Most of us are familiar with archaeologically restored clay vessels and amphorae from Greek and Roman sites: these clay vessels preceded wooden vessels for storing wine and other liquids. But according to some sources, the existence of open wooden vessels in Egypt has been mentioned for 2690 years. B.C. Fully enclosed wooden barrels for wine were first mentioned during the Iron Age (900-800 BC) and were already widely used in the first century B.C. to store wine, beer, milk, olive oil, and water.

The Origin of the Wooden Barrels for WineWooden Barrels for Wine

As trade and transportation evolved, transporters discovered that wooden barrels for wine were much more practical than brittle clay vessels, and barrels began to develop in proportion to trade growth. In the second century AD, wooden barrels and tubs almost wholly replaced the former clay vessels.

The most important advantages of the wooden barrel were their strength: they were made of wood encircled with hoops (which were initially also wooden and later metal) that joined the ends of the barrel in the form of a double arch. Second, the barrels had a round shape, which greatly facilitated manipulation (they could roll). And third, certain products – such as wine – have been found to benefit from storage in wood. This third advantage has become the basis of today’s modern barrel. In fact, this is the only reason for the survival of the wooden barrel in the world of stainless steel and neutral synthetic materials. That advantage goes beyond all other advantages that the wooden barrel has ever had.

We all know that the vast majority of premium wines mature in oak barrels. But why? What are the benefits? Are there any disadvantages? Are there different types of oak? Why are they different? What do these differences represent? What’s this all about?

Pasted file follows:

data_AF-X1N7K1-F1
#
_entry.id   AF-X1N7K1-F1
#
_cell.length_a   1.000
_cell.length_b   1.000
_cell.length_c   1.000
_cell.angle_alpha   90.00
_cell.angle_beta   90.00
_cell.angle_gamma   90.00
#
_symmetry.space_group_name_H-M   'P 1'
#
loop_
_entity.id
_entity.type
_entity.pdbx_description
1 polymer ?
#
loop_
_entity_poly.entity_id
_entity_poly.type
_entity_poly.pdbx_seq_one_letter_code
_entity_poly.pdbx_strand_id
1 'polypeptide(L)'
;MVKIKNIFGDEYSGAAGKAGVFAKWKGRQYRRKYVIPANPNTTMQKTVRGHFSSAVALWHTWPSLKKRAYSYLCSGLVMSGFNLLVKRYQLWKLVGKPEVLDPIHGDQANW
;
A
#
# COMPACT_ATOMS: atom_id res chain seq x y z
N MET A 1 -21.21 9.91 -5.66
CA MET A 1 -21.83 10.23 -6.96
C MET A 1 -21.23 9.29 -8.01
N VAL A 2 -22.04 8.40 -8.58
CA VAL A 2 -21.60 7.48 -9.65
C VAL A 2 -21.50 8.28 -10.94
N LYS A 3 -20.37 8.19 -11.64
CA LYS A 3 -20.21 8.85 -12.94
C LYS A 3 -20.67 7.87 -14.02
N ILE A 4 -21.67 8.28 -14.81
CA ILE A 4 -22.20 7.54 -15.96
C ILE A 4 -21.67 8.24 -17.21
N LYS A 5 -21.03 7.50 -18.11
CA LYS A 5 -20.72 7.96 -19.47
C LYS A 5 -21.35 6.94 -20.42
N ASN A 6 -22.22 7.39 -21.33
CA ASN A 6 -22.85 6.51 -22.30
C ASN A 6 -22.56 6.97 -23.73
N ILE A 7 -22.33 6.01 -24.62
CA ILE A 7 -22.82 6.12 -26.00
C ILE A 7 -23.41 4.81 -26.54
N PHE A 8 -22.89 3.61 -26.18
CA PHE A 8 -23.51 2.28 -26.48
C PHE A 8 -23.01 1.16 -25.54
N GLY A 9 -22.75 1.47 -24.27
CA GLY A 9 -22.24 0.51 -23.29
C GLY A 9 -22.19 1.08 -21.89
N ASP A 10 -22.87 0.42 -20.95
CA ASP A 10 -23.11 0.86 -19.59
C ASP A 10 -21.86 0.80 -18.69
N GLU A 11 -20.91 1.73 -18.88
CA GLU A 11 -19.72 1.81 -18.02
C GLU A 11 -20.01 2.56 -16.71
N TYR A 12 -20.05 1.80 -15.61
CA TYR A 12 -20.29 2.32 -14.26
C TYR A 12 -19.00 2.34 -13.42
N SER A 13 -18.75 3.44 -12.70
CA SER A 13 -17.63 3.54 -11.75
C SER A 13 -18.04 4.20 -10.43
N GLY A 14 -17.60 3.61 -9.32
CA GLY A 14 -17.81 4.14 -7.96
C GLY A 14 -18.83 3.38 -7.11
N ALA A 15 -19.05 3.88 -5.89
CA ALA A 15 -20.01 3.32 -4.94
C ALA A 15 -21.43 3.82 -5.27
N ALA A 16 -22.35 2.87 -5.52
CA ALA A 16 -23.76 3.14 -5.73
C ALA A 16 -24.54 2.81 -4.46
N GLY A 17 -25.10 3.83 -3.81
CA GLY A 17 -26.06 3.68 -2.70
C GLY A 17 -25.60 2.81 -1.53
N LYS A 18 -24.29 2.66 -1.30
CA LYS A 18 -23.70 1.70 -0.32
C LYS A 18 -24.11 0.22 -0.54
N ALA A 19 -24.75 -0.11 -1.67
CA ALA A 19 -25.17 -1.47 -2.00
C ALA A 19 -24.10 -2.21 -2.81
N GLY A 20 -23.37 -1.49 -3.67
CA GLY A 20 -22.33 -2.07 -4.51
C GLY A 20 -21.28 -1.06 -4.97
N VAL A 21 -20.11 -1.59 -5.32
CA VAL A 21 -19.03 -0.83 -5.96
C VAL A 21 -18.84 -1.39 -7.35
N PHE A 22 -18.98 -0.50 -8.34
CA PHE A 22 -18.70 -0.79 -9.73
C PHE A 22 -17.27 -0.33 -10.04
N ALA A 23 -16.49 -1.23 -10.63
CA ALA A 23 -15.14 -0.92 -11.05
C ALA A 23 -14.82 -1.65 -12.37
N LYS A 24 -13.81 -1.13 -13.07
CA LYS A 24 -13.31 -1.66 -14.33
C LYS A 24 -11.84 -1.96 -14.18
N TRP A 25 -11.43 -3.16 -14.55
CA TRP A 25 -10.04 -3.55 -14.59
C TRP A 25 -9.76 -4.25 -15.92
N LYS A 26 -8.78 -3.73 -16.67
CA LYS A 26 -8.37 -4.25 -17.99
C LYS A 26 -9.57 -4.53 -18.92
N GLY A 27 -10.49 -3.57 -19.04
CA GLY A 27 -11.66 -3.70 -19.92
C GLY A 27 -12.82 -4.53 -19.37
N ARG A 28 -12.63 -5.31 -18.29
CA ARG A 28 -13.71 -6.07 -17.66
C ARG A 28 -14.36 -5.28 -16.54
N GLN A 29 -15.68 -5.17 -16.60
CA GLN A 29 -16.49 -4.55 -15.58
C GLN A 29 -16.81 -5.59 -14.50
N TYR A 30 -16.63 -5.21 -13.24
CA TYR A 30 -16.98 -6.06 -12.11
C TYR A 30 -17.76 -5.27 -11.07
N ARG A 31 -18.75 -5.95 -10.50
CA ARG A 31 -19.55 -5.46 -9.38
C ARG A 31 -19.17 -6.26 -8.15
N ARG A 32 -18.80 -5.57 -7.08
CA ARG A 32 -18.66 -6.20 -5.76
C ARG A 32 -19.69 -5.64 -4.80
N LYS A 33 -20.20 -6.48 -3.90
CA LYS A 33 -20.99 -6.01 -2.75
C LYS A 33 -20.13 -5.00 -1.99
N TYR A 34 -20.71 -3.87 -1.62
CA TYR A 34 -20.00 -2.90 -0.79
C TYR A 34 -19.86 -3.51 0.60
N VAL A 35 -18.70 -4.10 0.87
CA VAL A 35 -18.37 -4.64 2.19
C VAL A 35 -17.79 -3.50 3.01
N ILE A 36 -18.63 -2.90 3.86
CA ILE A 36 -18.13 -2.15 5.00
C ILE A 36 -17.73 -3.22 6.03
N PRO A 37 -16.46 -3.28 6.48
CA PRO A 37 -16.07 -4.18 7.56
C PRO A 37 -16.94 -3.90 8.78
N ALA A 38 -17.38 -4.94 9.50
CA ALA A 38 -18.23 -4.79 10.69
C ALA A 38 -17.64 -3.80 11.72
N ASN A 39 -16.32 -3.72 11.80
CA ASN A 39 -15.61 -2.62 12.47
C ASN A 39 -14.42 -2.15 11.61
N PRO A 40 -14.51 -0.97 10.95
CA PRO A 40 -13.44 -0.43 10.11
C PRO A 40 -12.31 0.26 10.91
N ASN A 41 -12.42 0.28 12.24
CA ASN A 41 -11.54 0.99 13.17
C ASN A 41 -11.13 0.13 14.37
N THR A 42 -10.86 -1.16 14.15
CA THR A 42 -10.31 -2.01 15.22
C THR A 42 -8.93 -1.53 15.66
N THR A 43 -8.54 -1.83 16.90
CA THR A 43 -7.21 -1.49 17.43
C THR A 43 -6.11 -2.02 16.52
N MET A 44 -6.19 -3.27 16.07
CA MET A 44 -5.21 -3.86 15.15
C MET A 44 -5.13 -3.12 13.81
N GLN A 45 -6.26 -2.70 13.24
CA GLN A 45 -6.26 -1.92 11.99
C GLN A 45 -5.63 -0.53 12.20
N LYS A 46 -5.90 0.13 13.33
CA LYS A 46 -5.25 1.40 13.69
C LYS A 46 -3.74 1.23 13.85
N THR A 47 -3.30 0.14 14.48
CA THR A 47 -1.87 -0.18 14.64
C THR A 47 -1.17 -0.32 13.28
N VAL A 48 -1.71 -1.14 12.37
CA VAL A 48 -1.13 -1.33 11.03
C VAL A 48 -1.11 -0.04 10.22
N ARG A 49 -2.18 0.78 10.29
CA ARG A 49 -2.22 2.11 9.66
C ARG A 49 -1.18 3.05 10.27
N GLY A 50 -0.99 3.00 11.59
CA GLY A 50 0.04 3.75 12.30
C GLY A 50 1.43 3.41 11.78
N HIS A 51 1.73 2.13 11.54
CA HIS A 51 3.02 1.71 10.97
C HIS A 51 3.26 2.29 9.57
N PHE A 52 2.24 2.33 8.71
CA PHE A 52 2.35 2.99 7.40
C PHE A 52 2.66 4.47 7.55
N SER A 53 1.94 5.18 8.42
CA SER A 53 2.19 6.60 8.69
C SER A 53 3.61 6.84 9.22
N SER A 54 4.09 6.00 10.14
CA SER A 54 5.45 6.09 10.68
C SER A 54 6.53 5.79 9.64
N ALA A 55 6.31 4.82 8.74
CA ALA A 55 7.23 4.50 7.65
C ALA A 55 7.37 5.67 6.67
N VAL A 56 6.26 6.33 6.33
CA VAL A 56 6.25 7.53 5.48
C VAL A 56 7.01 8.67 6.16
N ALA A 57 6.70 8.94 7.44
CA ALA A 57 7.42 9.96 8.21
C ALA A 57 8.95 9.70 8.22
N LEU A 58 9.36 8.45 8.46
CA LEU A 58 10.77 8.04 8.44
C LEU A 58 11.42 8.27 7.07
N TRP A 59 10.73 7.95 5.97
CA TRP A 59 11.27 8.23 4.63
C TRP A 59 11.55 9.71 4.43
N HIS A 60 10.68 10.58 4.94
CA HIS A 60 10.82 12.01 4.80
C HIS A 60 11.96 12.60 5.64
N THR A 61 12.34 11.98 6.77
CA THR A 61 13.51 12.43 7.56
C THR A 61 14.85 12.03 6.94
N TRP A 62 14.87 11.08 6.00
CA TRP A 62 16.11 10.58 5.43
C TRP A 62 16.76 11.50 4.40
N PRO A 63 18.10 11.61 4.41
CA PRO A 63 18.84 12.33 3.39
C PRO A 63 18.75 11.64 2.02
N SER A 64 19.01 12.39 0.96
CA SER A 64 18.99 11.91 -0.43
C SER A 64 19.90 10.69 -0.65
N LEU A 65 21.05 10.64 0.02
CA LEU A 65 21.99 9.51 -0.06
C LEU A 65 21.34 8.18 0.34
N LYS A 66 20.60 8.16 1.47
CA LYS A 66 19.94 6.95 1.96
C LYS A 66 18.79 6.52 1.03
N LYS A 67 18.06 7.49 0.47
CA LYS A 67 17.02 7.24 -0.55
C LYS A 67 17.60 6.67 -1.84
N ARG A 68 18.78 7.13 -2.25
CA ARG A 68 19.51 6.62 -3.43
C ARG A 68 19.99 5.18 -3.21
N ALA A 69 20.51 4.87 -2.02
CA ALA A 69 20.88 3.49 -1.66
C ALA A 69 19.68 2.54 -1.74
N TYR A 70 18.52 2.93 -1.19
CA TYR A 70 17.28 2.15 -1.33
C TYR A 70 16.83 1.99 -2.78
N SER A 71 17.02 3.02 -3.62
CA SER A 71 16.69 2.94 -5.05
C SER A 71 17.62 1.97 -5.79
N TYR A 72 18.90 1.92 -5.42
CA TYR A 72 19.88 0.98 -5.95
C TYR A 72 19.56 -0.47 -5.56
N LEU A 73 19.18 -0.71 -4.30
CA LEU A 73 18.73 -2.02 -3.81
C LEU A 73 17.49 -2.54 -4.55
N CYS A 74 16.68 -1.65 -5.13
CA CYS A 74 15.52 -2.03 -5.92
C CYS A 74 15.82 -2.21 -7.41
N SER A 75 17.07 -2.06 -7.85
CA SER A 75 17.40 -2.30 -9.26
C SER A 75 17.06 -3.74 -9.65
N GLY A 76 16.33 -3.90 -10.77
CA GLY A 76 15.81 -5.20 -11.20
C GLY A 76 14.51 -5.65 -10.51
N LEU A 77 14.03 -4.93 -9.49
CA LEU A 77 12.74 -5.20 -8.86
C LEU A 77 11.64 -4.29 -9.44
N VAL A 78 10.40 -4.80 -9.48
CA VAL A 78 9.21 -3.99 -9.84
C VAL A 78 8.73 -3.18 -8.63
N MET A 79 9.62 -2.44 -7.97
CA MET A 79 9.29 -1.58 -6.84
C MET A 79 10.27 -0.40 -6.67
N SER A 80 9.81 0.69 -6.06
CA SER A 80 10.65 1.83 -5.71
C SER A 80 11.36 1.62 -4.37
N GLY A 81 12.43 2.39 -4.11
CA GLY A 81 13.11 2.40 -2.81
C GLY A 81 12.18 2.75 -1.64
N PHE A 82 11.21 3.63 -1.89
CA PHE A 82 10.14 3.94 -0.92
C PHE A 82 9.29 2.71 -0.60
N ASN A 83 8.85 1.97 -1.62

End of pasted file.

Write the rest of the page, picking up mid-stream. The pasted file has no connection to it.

Why Do We Still Use Wooden Barrels for Wine?

Suppose the practice of using wooden barrels for wine storage had not been common over many years when it was most practical for this purpose. In that case, it is doubtful that today’s winemakers would come up with the idea of adding an oak flavor dimension to their wines. We can, therefore, say that it is a happy historical coincidence that oak and wine have come together to create more prosperous and more complex flavors and textures than would ever be possible in neutral containers.

How, in fact, is a barrel of oak (and oak is, without exception, the only type of wood used to store premium wines) affecting wine, i.e., how does it enhance and become better?

Wine Aging Before Bottling

After the fermentation is complete, the wine is racked several times to free it from excess sludge. The young wine is coarse, raw, and green and needs a certain amount of time to calm down. This aging of the wine (“calming”) can be done in neutral containers such as stainless steel, concrete tanks, etc., or it can be done in small, relatively new wooden barrels for wine that are not neutral but have a positive effect on the evolution of young wine.

Impact of the Oak Barrel – Basic